Gathering Stones by K.B. Ballentine

Gathering Stones
by K.B. Ballentine

Published by Celtic Cat Publishing
February 2008; $15.00 US; 978-0-9658950-9-5
100 pages, soft cover



K.B. Ballentine Gathering Stones is a trilogy through time. In A Time to Speak, the author introduces us to the folklore that first influenced her reading and fascination with Ireland. The second section moves away from folklore to reality as KB poignantly explores the more unsettled periods of Irish history – the struggles for freedom, the Great Famine of the nineteenth century and its legacy on America, and the more recent Troubles in Northern Ireland. For millions in Ireland, it was A Time to Die. The concluding segment focuses on the beauty of Ireland, the Ireland that most people think about – the forty shades of green, the coastal cliffs, the narrow twisting roads, the large stone castles, the islands off the west coast, the peat fires and pubs, and the friendliness of people who love nothing better than the return of a distant family member, even if it is only a “quick wee visit.” A Time to Dance celebrates the author’s triumphant journey of self-discovery to her ancestral home.


KB Ballentine resides in Dayton, Tennessee and teaches English, theatre arts and creative writing to high school and college students. She has a M.A. in Writing and a MFA in Creative Writing, Poetry. Her work has appeared in numerous journals and publications, including Bent Pin, MO: Writings from the River, Sequoia Review, Apocalypse and Touchstone. In 2006 she was a finalist for the Joy Harjo Poetry Award and in 2007 was awarded the Dorothy Sargent Rosenberg Poetry Prize.

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"KB Ballentine has a deep and sure sense of Irish history and
society. This sense is profound when coupled with her ability to
blend time and space into spiritual understanding. A spiritual empathy permeates her poems of place – making one feel the abiding loss and sadness in Ireland’s past. Her empathy is the province of the true poet - a painter's light touch; a poet's vision.”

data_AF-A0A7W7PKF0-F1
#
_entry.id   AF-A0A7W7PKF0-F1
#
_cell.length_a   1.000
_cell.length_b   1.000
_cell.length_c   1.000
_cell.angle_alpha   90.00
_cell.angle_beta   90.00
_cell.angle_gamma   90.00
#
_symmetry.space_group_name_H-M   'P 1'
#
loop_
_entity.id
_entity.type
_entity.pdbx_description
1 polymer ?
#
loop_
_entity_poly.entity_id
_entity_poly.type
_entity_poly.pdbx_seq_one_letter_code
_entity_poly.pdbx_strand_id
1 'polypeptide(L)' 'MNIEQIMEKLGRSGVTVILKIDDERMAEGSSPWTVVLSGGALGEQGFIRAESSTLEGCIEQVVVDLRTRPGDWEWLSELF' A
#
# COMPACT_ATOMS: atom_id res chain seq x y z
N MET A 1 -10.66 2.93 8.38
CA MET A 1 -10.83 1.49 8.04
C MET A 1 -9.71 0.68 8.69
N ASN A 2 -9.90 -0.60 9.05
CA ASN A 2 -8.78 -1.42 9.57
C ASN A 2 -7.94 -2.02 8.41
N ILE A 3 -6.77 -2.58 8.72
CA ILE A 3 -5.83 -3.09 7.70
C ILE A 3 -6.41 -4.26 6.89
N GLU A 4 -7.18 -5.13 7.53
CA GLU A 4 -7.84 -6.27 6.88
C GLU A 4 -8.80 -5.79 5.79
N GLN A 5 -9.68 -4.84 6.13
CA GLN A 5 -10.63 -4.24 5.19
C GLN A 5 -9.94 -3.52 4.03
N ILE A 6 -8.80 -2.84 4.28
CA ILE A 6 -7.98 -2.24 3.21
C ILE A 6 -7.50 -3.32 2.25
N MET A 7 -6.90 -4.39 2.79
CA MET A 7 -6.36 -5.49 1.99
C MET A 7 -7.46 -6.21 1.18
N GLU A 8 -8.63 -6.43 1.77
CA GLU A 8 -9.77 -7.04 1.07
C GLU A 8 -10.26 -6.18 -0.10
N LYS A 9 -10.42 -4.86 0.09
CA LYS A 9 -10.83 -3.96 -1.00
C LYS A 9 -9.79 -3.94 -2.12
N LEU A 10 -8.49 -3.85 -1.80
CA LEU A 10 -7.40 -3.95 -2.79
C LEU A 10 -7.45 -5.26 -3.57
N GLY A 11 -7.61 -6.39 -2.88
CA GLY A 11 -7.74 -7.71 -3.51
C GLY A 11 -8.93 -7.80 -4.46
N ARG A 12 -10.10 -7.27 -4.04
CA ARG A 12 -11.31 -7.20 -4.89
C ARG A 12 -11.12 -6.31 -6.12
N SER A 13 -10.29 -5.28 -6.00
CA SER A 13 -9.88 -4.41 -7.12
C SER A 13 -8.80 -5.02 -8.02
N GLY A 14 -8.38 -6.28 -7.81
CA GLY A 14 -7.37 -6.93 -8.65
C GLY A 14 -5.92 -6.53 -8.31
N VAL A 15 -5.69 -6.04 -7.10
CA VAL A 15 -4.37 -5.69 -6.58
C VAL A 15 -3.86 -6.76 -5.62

--Jesse Lendennie, Editor/Publisher
Salmon Poetry Ltd., Co. Clare, Ireland

“Though often silent,/the dead don’t lie when they speak,” KB Ballentine tells us early in Gathering Stones. In these excellent poems the dead as well as the living are given their say, and one poet’s search for her ancestral home ripples out in time to become a vivid and haunting rendering of Ireland’s ‘terrible beauty.’

--Ron Rash, Raising the Dead

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Midsummer's Eve

The firefly lights the wild hare’s eye and to the north
the white door opens under bare Ben Bulben.

Darkness inks all corners of the sky, light scuttling
for cover, resurfacing with the pale round moon.

Hayricks burgeon in fields as rowans fade,
summer growth waning. Wind rustles the musky

night, and ribbons of fog stretch into vapor. Ashen
and ghostly, a barn owl blunders across the horizon.

Toads nudge from mud baked by the sun’s rays and croak a bass
to the crickets’ hum; Carolan’s harp couldn’t compose such a tune.

This is the night old dames gather herbs to store
for samhain, when frost hoars the hardening earth;

this is the night when girls on the cusp of womanhood long
for a chance to dance with the king of the faeries.

The moon fades as daybreak lavenders the sky; crickets and toads
grow quiet while a doe and her fawn stir the mist across the woodline.

Dawn shimmers and approaches, shadows tarry at the base
of Ben Bulben and the white door closes once more.

Beal na mBlath

The Twelve Apostles delivered their bouquets
of bullets and bombs, and Collins signed
the bill. Irish love dispatched these directly
to the head, the heart – a gift. The world
disordered, all that went before like petals
scattered by the wind.

Uninvited, ignoring the Lord’s
day, the enemy rolled onto the playing field to toss
their own spray at anyone who could catch them,
and twelve did. The struggle brought new fodder
to the fight. The Big Fella tried to make it right,
but in the safety of home, at the mouth of flowers,

a bouquet was delivered to him.

McGann's Pub, Doolin

– A break in the music, and I push past
tourists slanting against the scarred bar
until I spot Mick. He nods me to a corner,
swapping his fiddle for a half-finished
pint on his way over. Just back from Nepal,
with a kiss for each cheek and a How’ve ye
been? he slouches next to me, launches
yarns of mountains and snow and a yak
that ran off with his gear.

I wait
for the story of the other woman I’d heard
already from friends. It could have been
me. It was me. What about the other
other woman? That’s the story I don’t get
in the smoke and stout-filled air. Laughter,
glasses clinking backdrop to the tin whistle,
the bodhrán that gluts my body, my blood.

He heads for the fiddle again, tunnels through
the crowd savoring the craic. Pipes, drums,
strings swell the air, drown the natter.
The other players welcome him back to the circle
as though he’d never left, like no hole had ever appeared.

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